According to the FAA Aerospace Forecast Fiscal Years 2018- 2038, air travel in the U.S. is very strong and will continue to be over the next two decades.
The 2018 FAA forecast calls for U.S. carrier passenger growth over the next 20 years to average 1.9 percent per year, slightly slower than last year’s forecast. The uptick in passenger growth in 2016-17 will continue into 2018 spurred on by favorable economic conditions in the U.S. and the world. Oil prices averaged $48 per barrel in 2017 rising to $51 in 2018, and our forecast assumes they will increase thereafter to exceed $100 by 2030 and approach $119 by the end of the forecast period. The headwinds that have buffeted the global economy during the past few years – uncertainty surrounding “Brexit”, recession in Russia and Brazil and inconsistent performance in other emerging economies, a “hard landing” in China, and lack of further stimulus in the advanced economies seem to be diminishing. The U.S. economy is showing signs of accelerating, powered by gains in the stock market and should see additional stimulus in 2018 with the passing of the tax cut bill in December 2017.
System traffic in revenue passenger miles (RPMs) is projected to increase by 2.3 percent a year between 2018 and 2038. Domestic RPMs are forecast to grow 1.9 percent a year while International RPMs are forecast to grow significantly faster at 3.2 percent a year. System capacity as measured by available seat miles (ASMs) is forecast to grow in line with the increases in demand. The number of seats per aircraft is growing, especially in the regional jet market, where we expect the number of 50 seat regional jets to fall to just a handful by 2030, replaced by 70-90 seat aircraft.
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Although the U.S. and global economy saw growth accelerate in 2017, a combination of higher energy prices and labor cost increases resulted in profits for U.S. airlines falling from 2016’s record levels. The FAA expects U.S. carrier profitability to remain steady or increase as solid demand fed by an improving economy offsets rising energy and labor costs. Over the long term, we see a competitive and profitable aviation industry characterized by increasing demand for air travel and airfares growing more slowly than inflation, reflecting over the long term a growing U.S. and global economy.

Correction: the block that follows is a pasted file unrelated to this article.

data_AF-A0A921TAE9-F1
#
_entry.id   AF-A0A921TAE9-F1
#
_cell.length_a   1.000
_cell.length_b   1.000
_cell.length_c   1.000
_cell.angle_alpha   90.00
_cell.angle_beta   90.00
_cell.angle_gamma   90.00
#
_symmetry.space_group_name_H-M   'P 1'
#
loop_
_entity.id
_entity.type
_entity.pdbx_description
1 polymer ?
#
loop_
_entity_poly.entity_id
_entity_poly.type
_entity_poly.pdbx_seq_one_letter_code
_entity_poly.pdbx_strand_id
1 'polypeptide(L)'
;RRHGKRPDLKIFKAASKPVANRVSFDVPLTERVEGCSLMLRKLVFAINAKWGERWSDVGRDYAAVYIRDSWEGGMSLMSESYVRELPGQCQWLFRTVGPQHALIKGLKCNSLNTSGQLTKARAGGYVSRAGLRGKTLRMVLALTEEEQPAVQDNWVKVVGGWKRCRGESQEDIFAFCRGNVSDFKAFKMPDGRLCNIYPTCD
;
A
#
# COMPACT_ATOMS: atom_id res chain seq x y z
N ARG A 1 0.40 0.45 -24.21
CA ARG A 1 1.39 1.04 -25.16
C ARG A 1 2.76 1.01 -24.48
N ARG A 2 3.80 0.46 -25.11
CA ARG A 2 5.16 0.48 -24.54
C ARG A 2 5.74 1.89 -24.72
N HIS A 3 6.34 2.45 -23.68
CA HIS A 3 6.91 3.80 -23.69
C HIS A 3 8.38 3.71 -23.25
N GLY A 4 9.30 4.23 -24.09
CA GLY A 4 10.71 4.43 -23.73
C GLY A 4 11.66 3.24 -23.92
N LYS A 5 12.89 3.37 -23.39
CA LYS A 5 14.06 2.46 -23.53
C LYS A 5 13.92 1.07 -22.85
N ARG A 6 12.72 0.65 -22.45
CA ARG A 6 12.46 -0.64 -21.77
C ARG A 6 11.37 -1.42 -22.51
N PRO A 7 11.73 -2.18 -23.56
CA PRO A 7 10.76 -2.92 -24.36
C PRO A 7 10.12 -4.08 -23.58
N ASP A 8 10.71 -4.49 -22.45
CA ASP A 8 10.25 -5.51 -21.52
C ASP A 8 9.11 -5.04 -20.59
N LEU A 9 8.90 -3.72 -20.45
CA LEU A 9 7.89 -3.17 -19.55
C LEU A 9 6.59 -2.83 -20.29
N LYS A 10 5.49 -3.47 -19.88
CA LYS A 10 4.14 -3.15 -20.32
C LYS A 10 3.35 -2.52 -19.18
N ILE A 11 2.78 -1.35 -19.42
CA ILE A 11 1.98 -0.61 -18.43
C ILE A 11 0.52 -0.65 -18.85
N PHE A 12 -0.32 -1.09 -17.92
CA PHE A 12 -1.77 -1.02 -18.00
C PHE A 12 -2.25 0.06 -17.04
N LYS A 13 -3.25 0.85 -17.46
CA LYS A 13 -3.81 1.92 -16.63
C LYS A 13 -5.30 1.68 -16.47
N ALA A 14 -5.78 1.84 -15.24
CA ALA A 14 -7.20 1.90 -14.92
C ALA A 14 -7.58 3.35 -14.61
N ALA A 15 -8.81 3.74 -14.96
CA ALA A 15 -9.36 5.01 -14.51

The long-term outlook for general aviation is stable to optimistic, as growth at the high-end offsets continuing retirements at the traditional low end of the segment. The active general aviation fleet is forecast to remain relatively stable between 2018 and 2038. While steady growth in both GDP and corporate profits results in continued growth of the turbine and rotorcraft fleets, the largest segment of the fleet – fixed-wing piston aircraft continues to shrink over the forecast. While the fleet remains level, the number of general aviation hours flown is projected to increase an average of 0.8 percent per year through 2038, as growth in turbine, rotorcraft, and experimental hours more than offset a decline in fixed-wing piston hours.
With increasing numbers of regional and business jets in the nation’s skies, fleet mix changes, and carriers consolidating operations in their large hubs, we expect increased activity growth that has the potential to increase controller workload. Operations at FAA and contract towers are forecast to grow 0.9 percent a year over the forecast period with commercial activity growing at five times the rate of non-commercial activity. The growth in U.S. airline and business aviation activity is the primary driver. Large and medium hubs will see much faster increases than small and non-hub airports, largely due to the commercial nature of their operations.
The full report can be found here.